It’s a tired old statistic that 44% of UK exports go to EU countries, but it remains a hugely significant consideration in the upcoming negotiations.
Even if EU-UK trade falls after Brexit, a great many British companies (around 10% by most estimates) will depend on the continued loyalty of the EU consumer. And while this may be a minority of individual businesses, most exports tend to originate from the type of large multinationals that contribute a generous slice of the UK’s GDP.
For these businesses, the ability to export will mean continuing to abide by European standards for goods and services. Without offices in Brussels or investment in new government relations staff, British companies will have very little influence over the EU laws and regulation that affect their business day-to-day.
This will require a fundamental change in their government relations strategies. Come April 2019, the UK Government – which has been instrumental in pushing for free trade vehicles like the Capital Markets Union – will at best lose its formal ability to influence EU policy and at worse be treated as a pariah, having used up all goodwill with the EU27.
Some companies plan to rely on UK trade associations to represent their interests. Many groups, to their credit, are taking action to prepare their members for Brexit with roundtables, surveys and position papers. But by necessity the majority (78%) of British trade associations’ activity is targeted at the national level (Whitehall and Parliament) with a minority directed at European stakeholders. As a result these groups are valuable, but they can’t replace boots on the ground.
At an EU-wide level, many UK exporters and trade associations are members of umbrella lobbying groups. These organisations currently provide a useful conduit to Brussels, but it would be a big mistake for companies to assume this avenue will be open to them post-Brexit.
It’s true that so far none of these groups have put UK organisations on notice. However, the position of British companies and trade associations is far from clear. The leading EU-wide industry groups all prohibit companies without a registered presence in an EU member state from full membership rights.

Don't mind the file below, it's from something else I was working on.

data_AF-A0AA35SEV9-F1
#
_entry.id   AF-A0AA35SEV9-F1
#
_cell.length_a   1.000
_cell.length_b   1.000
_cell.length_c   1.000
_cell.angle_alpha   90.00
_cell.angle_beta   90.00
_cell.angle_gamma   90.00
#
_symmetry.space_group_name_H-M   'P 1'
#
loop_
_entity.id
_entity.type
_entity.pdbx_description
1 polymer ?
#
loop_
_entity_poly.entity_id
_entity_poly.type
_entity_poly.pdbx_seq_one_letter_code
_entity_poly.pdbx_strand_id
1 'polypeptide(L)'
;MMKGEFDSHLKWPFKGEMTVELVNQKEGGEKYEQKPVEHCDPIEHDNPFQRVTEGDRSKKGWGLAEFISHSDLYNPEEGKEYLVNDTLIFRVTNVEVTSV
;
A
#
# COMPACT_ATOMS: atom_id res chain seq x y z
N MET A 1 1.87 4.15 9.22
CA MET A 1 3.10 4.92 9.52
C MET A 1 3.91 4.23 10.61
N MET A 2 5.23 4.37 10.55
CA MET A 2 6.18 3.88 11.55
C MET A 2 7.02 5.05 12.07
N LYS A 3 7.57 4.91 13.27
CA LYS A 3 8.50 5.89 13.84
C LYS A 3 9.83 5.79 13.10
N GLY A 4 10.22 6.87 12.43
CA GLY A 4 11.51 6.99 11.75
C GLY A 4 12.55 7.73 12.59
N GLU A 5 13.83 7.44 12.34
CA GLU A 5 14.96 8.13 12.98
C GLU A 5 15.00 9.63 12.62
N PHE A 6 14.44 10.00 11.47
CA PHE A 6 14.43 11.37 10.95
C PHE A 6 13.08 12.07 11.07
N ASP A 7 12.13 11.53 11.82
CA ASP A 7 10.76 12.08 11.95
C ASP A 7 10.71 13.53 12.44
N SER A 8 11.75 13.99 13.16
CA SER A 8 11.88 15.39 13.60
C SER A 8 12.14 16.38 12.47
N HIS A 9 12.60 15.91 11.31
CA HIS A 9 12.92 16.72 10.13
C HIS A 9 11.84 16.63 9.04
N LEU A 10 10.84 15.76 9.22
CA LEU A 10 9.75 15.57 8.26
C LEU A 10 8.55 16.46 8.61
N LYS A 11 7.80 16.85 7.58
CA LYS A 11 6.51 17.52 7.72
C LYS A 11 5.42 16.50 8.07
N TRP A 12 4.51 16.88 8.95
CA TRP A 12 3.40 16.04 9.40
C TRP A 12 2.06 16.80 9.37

Some, such as the Euro Banking Association or the European Sea Ports Organisation, offer ‘associate’ membership for non-EU companies, but this does not come with voting rights on the group’s policy positions, rendering them near-useless as a lobbying tool.
There are also many different criteria for what qualifies a business as having European operations. For CEFIC, which represents the chemicals industry, full membership requires companies to own production facilities within the European Economic Area. Whereas at DigitalEurope corporate members must not only prove they are a ‘significant player’ in the European market, they must also be members of at least one national trade association within a member state.
Under the current rules, once the UK leaves the EU techUK, the voice of the British technology sector, will not be eligible for membership of the Europe-wide body. This means that only businesses that are members of national trade associations in another of the EU27 will have their interests represented by DigitalEurope.
Of course it’s possible that the rules of these organisations could be amended to allow ‘EU+UK’ membership criteria. Unlike many European Union agencies, industry groups don’t tend to receive money from the Commission, so there are unlikely to be restrictions that would prevent them from representing the views of non-EU companies. In fact, some groups have already set up ‘Brexit taskforces’ to help work out their response to the UK’s decision to leave.
But this shouldn’t provide much security for businesses. At this stage, we simply don’t know what sort of access EU-wide industry groups will grant to UK companies. And with a protracted negotiation ahead of us, we don’t know what will motivate the influential actors within these organisations come 2019.
Can London-based firms rely on the German Chair of the Euro Banking Association to stick up for the City when Frankfurt stands to gain from Brexit? Perhaps. But banks are uncertain enough to be making plans to improve their representation in the EU.
Currently, the British lobbying industry is underweight in Brussels. Many of our industry groups have no permanent representation in Brussels, whereas the German Retail Federation alone has five full time lobbyists.
Clearly, if the UK is to continue to trade with the EU on favourable terms this will have to change. But it will take time and investment to establish an influential presence in Brussels, especially at a time when ‘brand Britain’ elicits scepticism on the continent.
Measurement and evaluation